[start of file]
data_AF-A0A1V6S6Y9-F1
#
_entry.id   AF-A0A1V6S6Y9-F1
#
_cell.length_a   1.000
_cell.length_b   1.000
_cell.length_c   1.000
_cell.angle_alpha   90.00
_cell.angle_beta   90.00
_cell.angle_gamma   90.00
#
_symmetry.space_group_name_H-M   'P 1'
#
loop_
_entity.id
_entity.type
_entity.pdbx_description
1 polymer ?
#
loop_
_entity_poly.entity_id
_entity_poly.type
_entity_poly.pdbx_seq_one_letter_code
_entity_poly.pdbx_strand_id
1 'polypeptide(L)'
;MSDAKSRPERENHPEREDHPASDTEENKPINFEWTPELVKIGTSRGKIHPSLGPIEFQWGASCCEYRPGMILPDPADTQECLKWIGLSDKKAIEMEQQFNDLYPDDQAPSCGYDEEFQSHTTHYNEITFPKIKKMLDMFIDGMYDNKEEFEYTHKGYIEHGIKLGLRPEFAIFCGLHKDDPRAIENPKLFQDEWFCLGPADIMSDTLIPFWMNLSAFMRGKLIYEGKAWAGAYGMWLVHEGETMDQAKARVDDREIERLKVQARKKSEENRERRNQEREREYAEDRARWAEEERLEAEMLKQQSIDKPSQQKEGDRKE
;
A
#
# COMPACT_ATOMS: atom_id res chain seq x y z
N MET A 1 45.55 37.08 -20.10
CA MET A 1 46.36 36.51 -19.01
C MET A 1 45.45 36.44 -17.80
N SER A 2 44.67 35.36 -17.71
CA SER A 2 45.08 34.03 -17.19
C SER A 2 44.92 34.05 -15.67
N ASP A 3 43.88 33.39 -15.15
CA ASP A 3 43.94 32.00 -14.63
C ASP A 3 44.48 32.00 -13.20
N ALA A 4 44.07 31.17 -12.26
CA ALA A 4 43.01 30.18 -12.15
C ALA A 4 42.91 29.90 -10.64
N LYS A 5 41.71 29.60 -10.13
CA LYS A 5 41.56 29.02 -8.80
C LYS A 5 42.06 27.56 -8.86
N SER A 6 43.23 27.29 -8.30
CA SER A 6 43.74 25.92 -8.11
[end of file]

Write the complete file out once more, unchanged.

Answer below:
data_AF-A0A1V6S6Y9-F1
#
_entry.id   AF-A0A1V6S6Y9-F1
#
_cell.length_a   1.000
_cell.length_b   1.000
_cell.length_c   1.000
_cell.angle_alpha   90.00
_cell.angle_beta   90.00
_cell.angle_gamma   90.00
#
_symmetry.space_group_name_H-M   'P 1'
#
loop_
_entity.id
_entity.type
_entity.pdbx_description
1 polymer ?
#
loop_
_entity_poly.entity_id
_entity_poly.type
_entity_poly.pdbx_seq_one_letter_code
_entity_poly.pdbx_strand_id
1 'polypeptide(L)'
;MSDAKSRPERENHPEREDHPASDTEENKPINFEWTPELVKIGTSRGKIHPSLGPIEFQWGASCCEYRPGMILPDPADTQECLKWIGLSDKKAIEMEQQFNDLYPDDQAPSCGYDEEFQSHTTHYNEITFPKIKKMLDMFIDGMYDNKEEFEYTHKGYIEHGIKLGLRPEFAIFCGLHKDDPRAIENPKLFQDEWFCLGPADIMSDTLIPFWMNLSAFMRGKLIYEGKAWAGAYGMWLVHEGETMDQAKARVDDREIERLKVQARKKSEENRERRNQEREREYAEDRARWAEEERLEAEMLKQQSIDKPSQQKEGDRKE
;
A
#
# COMPACT_ATOMS: atom_id res chain seq x y z
N MET A 1 45.55 37.08 -20.10
CA MET A 1 46.36 36.51 -19.01
C MET A 1 45.45 36.44 -17.80
N SER A 2 44.67 35.36 -17.71
CA SER A 2 45.08 34.03 -17.19
C SER A 2 44.92 34.05 -15.67
N ASP A 3 43.88 33.39 -15.15
CA ASP A 3 43.94 32.00 -14.63
C ASP A 3 44.48 32.00 -13.20
N ALA A 4 44.07 31.17 -12.26
CA ALA A 4 43.01 30.18 -12.15
C ALA A 4 42.91 29.90 -10.64
N LYS A 5 41.71 29.60 -10.13
CA LYS A 5 41.56 29.02 -8.80
C LYS A 5 42.06 27.56 -8.86
N SER A 6 43.23 27.29 -8.30
CA SER A 6 43.74 25.92 -8.11